5.40 g of H2 gas

X

2.0 g of H2(g)

Write down what you have first

Because we have the grams of Hydrogen, we need a conversion factor that has grams/mol with the proper molecules. Using the molar mass of the molecule.


Stoichiometry19

Stoichiometry

  • Step 2: Convert from moles to moles

    N2(g) + 3H2(g) 2NH3(g)

2 mol of NH3(g)

= 1.8 mol NH3(g)

2.70 mol of H2 gas

X

3 mol of H2(g)

Write down what you got from the last problem

Because we have the moles of Hydrogen, we need a conversion factor that will give us the number of moles of ammonia gas, using the mole ratio in the chemical reaction.

Essentially, we’re converting from moles given to moles desired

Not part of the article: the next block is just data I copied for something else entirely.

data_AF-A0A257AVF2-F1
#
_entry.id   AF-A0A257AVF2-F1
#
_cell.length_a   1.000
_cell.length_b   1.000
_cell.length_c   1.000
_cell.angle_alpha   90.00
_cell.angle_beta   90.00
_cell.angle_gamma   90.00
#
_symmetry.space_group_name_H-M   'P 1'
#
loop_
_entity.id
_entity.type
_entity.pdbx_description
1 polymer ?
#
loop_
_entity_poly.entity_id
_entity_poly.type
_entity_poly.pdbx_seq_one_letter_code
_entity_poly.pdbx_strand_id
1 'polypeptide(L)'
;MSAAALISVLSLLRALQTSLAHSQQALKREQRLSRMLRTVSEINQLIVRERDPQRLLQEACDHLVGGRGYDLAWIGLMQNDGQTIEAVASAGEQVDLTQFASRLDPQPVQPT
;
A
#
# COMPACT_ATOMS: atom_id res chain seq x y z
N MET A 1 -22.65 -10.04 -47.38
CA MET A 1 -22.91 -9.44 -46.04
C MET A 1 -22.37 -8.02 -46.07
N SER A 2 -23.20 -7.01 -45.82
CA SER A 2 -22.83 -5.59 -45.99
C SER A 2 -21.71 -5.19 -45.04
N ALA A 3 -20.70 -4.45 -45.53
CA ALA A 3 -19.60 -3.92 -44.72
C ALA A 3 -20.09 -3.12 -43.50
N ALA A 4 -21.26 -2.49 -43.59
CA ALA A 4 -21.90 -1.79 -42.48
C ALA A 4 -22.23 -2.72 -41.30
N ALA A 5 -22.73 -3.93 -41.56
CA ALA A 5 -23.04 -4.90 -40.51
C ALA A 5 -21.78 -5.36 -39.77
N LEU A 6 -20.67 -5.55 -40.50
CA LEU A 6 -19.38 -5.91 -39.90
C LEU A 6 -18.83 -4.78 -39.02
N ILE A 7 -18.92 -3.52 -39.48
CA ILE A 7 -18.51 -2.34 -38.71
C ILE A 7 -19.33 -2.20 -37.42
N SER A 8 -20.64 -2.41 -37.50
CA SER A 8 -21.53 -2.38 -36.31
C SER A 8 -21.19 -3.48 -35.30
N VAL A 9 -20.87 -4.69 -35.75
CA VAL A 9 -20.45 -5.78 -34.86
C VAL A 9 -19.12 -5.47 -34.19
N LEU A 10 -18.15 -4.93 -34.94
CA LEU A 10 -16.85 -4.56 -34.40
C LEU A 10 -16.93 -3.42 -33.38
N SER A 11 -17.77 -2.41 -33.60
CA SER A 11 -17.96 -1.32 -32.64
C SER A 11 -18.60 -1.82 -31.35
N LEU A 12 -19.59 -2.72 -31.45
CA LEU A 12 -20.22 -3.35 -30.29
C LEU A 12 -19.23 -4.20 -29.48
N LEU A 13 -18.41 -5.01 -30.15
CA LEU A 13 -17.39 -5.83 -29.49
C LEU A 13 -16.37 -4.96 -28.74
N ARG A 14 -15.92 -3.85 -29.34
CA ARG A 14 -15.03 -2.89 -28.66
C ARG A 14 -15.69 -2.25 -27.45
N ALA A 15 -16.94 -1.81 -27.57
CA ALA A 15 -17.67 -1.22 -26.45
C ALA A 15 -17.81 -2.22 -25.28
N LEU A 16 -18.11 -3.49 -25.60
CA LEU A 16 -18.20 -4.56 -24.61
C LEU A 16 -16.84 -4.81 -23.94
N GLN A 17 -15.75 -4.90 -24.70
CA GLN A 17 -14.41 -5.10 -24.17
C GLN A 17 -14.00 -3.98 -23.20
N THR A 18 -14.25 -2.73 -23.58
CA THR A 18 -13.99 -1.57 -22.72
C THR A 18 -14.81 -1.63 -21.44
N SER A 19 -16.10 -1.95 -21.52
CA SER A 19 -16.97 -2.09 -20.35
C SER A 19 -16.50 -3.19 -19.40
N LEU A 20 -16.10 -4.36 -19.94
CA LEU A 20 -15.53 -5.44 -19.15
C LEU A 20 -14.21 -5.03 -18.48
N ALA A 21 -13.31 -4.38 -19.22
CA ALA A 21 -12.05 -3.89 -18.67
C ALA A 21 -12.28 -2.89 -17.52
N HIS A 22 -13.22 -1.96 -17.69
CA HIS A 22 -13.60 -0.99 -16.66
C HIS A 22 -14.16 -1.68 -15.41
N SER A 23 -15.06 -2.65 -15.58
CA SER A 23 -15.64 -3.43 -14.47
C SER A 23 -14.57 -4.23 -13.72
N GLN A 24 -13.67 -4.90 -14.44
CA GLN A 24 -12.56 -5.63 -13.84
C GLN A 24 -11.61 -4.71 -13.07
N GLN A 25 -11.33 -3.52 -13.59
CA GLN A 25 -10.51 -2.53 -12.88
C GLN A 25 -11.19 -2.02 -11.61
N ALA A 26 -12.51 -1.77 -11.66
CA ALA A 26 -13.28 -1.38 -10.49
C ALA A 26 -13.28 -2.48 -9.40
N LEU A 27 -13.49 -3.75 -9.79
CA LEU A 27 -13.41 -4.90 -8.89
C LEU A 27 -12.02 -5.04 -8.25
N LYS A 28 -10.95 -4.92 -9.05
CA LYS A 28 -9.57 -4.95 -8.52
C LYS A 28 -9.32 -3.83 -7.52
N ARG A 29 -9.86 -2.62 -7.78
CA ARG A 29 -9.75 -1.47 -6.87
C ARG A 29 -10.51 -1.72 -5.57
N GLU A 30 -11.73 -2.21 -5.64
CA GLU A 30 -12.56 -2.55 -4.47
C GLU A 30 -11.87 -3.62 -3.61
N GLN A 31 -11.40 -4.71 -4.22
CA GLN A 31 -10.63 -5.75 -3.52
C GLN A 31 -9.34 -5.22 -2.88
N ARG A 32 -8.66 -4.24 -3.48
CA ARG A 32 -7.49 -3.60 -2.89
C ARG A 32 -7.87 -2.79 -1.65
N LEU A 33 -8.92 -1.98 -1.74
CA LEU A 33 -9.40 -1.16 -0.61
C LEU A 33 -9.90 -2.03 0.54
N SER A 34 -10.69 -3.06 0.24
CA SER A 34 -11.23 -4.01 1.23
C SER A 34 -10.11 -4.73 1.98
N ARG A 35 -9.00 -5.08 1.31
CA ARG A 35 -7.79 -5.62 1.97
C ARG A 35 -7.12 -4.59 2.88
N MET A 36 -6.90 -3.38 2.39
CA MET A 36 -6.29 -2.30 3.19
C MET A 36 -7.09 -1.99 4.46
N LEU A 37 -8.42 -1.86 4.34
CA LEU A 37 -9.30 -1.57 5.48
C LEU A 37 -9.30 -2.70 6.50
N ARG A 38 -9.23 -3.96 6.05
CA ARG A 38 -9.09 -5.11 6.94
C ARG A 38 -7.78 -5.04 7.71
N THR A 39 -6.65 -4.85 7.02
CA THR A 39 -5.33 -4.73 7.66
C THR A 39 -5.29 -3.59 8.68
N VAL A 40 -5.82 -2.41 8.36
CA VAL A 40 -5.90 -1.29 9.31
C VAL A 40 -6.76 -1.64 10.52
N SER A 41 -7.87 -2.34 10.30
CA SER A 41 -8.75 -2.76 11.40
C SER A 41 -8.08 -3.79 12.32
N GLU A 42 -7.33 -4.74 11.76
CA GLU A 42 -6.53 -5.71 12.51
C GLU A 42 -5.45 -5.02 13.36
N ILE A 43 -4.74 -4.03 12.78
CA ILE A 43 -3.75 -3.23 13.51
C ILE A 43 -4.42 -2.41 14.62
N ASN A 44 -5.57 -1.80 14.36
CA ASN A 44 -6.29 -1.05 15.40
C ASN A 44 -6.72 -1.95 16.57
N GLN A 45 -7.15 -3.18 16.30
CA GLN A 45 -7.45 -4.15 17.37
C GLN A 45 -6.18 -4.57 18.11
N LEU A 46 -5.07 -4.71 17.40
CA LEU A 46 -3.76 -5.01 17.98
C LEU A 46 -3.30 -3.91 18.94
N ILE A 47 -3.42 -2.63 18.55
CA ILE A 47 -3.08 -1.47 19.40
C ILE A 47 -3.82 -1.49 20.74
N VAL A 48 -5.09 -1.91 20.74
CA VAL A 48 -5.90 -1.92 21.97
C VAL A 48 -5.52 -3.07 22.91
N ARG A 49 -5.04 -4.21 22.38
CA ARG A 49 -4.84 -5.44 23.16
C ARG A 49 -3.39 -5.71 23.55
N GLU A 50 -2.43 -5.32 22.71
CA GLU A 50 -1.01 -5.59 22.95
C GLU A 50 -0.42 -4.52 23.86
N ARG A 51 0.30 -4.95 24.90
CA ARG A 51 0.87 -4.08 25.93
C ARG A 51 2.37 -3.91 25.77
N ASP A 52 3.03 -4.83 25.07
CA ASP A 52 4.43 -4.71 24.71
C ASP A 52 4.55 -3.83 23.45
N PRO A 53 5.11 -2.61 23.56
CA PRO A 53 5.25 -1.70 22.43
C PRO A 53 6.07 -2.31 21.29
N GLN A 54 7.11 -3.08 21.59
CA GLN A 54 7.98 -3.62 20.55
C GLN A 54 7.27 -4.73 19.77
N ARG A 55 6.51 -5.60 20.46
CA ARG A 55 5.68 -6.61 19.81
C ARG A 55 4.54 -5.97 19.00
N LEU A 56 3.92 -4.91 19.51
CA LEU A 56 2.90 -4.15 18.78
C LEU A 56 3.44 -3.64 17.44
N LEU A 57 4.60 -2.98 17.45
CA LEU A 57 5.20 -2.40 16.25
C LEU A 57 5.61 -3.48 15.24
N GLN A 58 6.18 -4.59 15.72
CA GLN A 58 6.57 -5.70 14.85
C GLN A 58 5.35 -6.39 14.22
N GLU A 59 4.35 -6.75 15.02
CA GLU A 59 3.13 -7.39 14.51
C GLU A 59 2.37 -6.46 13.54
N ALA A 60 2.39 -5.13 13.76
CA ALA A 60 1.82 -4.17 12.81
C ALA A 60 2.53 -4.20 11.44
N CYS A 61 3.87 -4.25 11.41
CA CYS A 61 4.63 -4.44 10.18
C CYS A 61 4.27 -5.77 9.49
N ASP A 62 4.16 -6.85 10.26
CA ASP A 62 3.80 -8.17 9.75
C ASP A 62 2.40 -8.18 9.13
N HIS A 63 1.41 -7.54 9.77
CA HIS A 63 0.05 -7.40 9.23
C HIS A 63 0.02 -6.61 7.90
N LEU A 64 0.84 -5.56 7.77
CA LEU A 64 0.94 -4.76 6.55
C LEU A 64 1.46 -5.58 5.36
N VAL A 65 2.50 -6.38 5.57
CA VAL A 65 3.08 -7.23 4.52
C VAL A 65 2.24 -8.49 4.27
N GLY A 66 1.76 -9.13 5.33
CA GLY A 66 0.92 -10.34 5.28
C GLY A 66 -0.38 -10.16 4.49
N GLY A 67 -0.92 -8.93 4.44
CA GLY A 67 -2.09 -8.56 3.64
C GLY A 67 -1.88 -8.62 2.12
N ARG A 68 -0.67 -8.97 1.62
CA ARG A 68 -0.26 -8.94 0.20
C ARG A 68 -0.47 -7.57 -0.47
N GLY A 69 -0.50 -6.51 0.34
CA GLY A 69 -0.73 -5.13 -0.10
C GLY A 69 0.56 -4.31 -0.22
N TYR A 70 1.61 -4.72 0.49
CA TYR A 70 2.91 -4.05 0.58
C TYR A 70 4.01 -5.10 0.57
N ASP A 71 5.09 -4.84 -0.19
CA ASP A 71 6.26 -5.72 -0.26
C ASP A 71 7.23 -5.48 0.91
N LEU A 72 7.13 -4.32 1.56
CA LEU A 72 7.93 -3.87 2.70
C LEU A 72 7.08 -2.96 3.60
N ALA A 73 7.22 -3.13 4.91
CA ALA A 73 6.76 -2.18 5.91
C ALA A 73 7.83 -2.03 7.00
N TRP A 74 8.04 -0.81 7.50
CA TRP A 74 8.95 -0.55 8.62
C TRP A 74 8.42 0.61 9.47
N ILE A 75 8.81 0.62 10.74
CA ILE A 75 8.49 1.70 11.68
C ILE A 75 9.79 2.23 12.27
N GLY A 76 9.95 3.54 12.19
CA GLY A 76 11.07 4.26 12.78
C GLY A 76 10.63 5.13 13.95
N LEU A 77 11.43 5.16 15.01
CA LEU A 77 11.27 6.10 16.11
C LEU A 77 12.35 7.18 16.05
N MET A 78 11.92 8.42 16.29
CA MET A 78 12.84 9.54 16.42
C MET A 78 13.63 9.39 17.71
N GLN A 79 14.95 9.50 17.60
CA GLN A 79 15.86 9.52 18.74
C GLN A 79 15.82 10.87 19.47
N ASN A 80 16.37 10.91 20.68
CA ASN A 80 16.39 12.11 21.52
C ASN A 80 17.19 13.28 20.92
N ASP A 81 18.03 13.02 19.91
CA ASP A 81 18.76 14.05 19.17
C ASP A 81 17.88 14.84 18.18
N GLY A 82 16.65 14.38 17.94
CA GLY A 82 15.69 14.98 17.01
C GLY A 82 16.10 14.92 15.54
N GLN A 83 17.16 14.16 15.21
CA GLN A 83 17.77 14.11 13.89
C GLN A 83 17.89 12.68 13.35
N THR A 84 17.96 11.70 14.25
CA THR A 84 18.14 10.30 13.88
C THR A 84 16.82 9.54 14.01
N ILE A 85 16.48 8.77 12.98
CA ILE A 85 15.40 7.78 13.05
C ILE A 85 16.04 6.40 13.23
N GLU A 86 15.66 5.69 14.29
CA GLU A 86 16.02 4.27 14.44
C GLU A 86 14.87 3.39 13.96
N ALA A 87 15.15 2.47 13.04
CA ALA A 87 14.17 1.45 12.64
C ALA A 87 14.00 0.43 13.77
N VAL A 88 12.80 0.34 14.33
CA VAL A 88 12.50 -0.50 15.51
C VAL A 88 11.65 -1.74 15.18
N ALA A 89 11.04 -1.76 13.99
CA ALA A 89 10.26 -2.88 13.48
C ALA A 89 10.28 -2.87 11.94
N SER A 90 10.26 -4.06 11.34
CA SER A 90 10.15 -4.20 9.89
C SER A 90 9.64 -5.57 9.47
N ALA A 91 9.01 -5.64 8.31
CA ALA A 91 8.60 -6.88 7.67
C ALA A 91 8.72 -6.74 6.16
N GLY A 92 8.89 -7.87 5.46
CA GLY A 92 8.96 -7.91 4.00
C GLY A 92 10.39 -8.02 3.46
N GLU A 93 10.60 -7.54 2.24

Stoichiometry20

Stoichiometry

  • Step 3: Convert from moles to grams

    N2(g) + 3H2(g) 2NH3(g)

17.0 g of NH3(g)

= 30.6 g NH3(g)

1.80 mol of NH3(g)

X

1 mol of NH3(g)

Write down what you got from the last problem

Because we have the moles of ammonia, we need a conversion factor that will give us the grams of ammonia gas, using the molar mass of the molecule.


Stoichiometry21

Stoichiometry


Stoichiometry teacher

Stoichiometry – Teacher

The combustion of acetylene gas is represented

by this equation.

2C2H2(g) + 5O2(g) 4CO2(g) + 2H2O(g)

  • How many grams of oxygen are required to burn 13.0 g of C2H2?

  • How many grams of CO2 and grams of H2O are produced when 13.0g of C2H2 reacts with the oxygen required to burn 13.0g of C2H2?


Stoichiometry individual work2

Stoichiometry – Individual Work

Acetylene gas, C2H2, is produced by adding water to calcium carbide, CaC2

CaC2(s) + 2H2O(l) C2H2 + Ca(OH)2(aq)

  • How many grams of acetylene are produced by adding water to 5.00g of CaC2?